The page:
The information here comes from Wikipedia
The Church of England parish church of Saint Michael and All Angels is the most prominent surviving building of the original settlement. The earliest parts of the church date from the 11th century. It is constructed of rubblestone and consists of a simple nave, chancel and bellcote. The chancel largely dates from the 13th century. Between 1870-73 the church underwent Victorian restoration.
The west window has a stained glass depicting archangels Michael, Raphael and Gabriel. The window was installed in 1935 by Morris & Co. The designs date from 1860 and were created by William Morris and Ford Madox Brown. The north side of the chancel contains another Morris & Co. stained-glass window depicting St. Matthew. This was installed in 1872–74, having been designed by Edward Burne-Jones.
Alexander Henderson, 1st Baron Faringdon is buried in the churchyard; the angel on his tomb was sculpted by George Frampton. Next to the church is the former rectory, which dates from the 19th century.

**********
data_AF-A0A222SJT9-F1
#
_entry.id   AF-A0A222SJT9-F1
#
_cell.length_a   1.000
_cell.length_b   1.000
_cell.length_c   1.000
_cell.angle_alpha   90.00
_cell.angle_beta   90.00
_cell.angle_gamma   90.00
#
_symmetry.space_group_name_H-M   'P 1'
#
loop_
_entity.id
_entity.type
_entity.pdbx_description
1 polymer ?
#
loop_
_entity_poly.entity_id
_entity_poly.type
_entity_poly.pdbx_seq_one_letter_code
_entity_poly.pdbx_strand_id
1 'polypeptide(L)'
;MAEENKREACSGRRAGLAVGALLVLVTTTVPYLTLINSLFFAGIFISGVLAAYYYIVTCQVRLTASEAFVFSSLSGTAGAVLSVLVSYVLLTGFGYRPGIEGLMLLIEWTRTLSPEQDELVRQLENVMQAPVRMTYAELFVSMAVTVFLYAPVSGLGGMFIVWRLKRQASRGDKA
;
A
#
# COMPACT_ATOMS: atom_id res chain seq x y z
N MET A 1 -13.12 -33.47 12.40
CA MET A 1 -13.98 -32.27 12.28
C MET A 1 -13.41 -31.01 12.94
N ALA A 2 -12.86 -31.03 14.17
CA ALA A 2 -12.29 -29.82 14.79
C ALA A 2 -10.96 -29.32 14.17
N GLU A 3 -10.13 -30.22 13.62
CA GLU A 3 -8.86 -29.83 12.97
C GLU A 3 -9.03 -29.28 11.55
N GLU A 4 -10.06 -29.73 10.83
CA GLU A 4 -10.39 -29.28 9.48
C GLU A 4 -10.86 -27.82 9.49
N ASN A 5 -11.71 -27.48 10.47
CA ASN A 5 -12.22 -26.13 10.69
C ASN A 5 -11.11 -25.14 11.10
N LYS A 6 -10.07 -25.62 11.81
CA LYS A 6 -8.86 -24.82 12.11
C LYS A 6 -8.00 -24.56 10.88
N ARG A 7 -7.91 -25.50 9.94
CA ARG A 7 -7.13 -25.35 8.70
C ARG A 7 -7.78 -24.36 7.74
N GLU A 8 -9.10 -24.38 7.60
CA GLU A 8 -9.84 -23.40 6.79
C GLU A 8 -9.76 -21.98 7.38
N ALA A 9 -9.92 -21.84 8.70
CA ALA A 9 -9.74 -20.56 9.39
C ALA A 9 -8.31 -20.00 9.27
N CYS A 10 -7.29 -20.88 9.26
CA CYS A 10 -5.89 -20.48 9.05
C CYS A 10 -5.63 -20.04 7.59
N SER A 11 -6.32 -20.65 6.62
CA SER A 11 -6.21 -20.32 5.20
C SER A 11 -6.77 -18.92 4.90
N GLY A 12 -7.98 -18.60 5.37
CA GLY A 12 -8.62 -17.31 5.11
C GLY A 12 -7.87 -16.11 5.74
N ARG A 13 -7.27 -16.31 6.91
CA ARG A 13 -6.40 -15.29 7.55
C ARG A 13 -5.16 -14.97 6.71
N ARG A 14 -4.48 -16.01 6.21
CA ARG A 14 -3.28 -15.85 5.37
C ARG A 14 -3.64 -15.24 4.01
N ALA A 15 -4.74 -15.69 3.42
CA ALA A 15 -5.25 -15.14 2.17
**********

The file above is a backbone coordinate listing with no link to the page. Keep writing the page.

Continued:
Above you can see a wrought iron arch and gate leading to the church
The west end with the small bellcote and on the corner a couple of old sundials
Another view of the South side of the church
The arched porch and as you go in a small lancet window
The photos were taken when I first started writing my blogs so I have forgotten where some of these graves are
This grave belongs to Alexander Henderson, 1st Baron Faringdon, the angel on his tomb was sculpted by George Frampton.
Ivy covered headstone dateing to the 1700's I think
Looking East along the churchyard
These I thought unusual at the time but I thing look the same as when they were first laid apart from the ageing and are along the entrance path
A tomb in the South side of the churchyard
Few more of the older headstones
Couple of views of the chancel one of the arch which has to be original considering how small it is and inside the chancel
Another view along the nave and one from beside the altar
More details from the church. A superb oil lamp converted work with electric bulbs and the church font
Memorial to Fanny the Daughter of William & Ann Kirch
The Memorial here is to James Rice who I wrote a blog on when I first started
Tomb dating back to the late 1600's and the inscription on the left is in the lancet window you saw earlier
One o fthe nice features of this church is the stained glass windows which are pure William Morris
and like I said he was only on the opposite side of the River Thames at Kelmscott
the lancet on the right I think has some older glass in it